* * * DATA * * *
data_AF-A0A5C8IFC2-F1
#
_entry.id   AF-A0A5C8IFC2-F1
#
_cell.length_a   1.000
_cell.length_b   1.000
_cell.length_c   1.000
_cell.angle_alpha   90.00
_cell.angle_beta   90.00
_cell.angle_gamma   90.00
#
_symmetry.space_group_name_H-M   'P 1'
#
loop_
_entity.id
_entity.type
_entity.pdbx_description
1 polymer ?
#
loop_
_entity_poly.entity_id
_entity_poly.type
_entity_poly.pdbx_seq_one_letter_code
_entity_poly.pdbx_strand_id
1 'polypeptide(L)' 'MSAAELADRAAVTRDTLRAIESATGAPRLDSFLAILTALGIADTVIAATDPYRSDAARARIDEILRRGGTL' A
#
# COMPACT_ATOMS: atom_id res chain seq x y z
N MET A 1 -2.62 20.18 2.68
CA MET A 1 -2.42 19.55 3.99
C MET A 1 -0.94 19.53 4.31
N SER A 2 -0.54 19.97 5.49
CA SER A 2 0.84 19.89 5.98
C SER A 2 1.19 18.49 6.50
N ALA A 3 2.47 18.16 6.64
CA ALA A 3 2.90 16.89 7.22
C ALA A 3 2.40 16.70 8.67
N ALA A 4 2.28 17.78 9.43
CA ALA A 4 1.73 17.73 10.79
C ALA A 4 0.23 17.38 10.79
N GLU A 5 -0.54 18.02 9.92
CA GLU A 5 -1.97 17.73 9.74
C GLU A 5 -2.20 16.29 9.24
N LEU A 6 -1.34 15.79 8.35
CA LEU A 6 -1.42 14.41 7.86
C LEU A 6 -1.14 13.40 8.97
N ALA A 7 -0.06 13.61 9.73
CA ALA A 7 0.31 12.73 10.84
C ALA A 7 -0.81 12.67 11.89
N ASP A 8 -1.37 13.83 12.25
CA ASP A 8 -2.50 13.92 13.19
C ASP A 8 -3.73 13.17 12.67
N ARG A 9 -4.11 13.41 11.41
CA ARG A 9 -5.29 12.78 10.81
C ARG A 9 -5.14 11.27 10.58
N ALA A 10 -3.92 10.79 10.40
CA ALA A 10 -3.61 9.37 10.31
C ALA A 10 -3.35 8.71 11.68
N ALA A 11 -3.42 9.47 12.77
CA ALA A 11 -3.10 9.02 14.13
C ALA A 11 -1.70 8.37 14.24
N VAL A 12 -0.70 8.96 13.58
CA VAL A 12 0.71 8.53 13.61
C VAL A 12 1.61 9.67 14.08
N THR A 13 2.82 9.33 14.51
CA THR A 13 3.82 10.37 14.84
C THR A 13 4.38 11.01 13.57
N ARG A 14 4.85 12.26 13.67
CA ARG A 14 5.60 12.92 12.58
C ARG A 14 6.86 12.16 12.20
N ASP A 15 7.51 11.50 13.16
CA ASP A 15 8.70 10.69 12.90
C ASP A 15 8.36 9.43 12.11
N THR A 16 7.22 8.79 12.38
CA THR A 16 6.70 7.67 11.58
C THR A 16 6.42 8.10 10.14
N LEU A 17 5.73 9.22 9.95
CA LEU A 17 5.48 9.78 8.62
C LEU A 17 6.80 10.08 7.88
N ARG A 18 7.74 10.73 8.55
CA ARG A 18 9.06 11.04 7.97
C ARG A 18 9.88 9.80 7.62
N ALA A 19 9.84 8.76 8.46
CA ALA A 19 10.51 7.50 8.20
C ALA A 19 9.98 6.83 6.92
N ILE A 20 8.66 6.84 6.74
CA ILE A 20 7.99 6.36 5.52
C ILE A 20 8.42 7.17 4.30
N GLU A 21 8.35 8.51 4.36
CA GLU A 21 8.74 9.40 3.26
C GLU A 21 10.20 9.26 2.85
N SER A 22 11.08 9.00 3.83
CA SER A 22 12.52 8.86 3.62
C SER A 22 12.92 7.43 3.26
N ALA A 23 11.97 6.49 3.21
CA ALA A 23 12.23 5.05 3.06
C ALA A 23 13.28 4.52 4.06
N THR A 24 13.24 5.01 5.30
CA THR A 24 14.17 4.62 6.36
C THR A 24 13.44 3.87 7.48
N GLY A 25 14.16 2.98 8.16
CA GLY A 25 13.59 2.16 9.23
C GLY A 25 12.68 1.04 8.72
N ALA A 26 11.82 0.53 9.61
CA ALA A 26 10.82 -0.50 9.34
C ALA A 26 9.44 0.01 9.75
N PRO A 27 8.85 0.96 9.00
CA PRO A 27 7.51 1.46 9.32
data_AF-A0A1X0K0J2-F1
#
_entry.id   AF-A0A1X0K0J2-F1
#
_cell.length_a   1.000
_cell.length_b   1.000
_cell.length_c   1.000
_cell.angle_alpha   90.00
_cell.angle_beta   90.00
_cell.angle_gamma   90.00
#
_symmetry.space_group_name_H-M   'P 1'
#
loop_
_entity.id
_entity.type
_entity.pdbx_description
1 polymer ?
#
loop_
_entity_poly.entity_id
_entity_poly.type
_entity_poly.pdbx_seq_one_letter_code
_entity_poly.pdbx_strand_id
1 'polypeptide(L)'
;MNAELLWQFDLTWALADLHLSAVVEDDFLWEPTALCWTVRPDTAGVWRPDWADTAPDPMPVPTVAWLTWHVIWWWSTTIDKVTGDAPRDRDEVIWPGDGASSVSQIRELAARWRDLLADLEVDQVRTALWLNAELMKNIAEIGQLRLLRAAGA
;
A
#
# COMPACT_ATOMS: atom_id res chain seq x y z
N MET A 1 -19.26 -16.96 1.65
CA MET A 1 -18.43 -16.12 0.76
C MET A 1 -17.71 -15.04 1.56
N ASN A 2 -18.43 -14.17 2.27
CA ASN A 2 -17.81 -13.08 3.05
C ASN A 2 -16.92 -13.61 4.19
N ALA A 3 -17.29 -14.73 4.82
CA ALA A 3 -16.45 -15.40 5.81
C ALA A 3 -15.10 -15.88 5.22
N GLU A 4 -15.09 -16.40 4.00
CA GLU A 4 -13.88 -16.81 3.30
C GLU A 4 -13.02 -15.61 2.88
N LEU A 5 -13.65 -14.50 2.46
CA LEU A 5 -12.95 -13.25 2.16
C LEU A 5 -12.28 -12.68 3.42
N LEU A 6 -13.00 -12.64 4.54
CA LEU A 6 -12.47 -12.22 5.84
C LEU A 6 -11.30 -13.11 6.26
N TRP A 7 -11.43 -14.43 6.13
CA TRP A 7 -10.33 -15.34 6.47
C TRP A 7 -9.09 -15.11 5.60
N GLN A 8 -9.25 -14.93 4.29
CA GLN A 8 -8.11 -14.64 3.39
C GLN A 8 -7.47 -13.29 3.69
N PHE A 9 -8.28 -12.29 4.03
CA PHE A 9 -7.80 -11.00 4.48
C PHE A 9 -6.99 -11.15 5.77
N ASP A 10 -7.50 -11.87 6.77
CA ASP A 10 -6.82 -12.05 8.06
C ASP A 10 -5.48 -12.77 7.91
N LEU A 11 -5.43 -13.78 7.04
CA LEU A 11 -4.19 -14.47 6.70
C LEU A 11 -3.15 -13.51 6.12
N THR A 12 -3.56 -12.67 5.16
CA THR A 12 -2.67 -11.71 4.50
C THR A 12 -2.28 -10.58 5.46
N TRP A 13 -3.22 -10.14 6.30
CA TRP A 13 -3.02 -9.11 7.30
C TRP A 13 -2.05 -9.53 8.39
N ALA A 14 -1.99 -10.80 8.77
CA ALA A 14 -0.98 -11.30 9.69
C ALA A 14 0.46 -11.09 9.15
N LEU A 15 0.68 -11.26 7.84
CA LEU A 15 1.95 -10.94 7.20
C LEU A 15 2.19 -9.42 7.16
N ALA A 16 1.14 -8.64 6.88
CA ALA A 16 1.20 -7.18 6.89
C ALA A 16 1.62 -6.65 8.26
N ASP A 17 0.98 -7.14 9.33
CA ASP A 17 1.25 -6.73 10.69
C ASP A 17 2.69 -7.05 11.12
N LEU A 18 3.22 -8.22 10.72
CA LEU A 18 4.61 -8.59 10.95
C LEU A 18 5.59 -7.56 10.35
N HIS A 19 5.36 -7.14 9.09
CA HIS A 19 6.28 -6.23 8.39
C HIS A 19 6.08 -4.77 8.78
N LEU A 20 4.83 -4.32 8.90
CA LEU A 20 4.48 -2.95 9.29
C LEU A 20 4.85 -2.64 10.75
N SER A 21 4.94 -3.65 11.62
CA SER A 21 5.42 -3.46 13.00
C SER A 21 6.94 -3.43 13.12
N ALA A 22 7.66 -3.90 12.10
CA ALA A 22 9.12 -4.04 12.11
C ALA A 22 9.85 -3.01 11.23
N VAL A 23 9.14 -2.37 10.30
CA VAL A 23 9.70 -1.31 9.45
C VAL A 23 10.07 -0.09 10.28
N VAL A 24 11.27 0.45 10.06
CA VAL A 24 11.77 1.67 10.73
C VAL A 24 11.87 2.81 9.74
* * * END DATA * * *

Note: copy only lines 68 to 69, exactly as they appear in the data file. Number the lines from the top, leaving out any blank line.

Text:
CA ARG A 14 5.60 12.92 12.58
C ARG A 14 6.86 12.16 12.20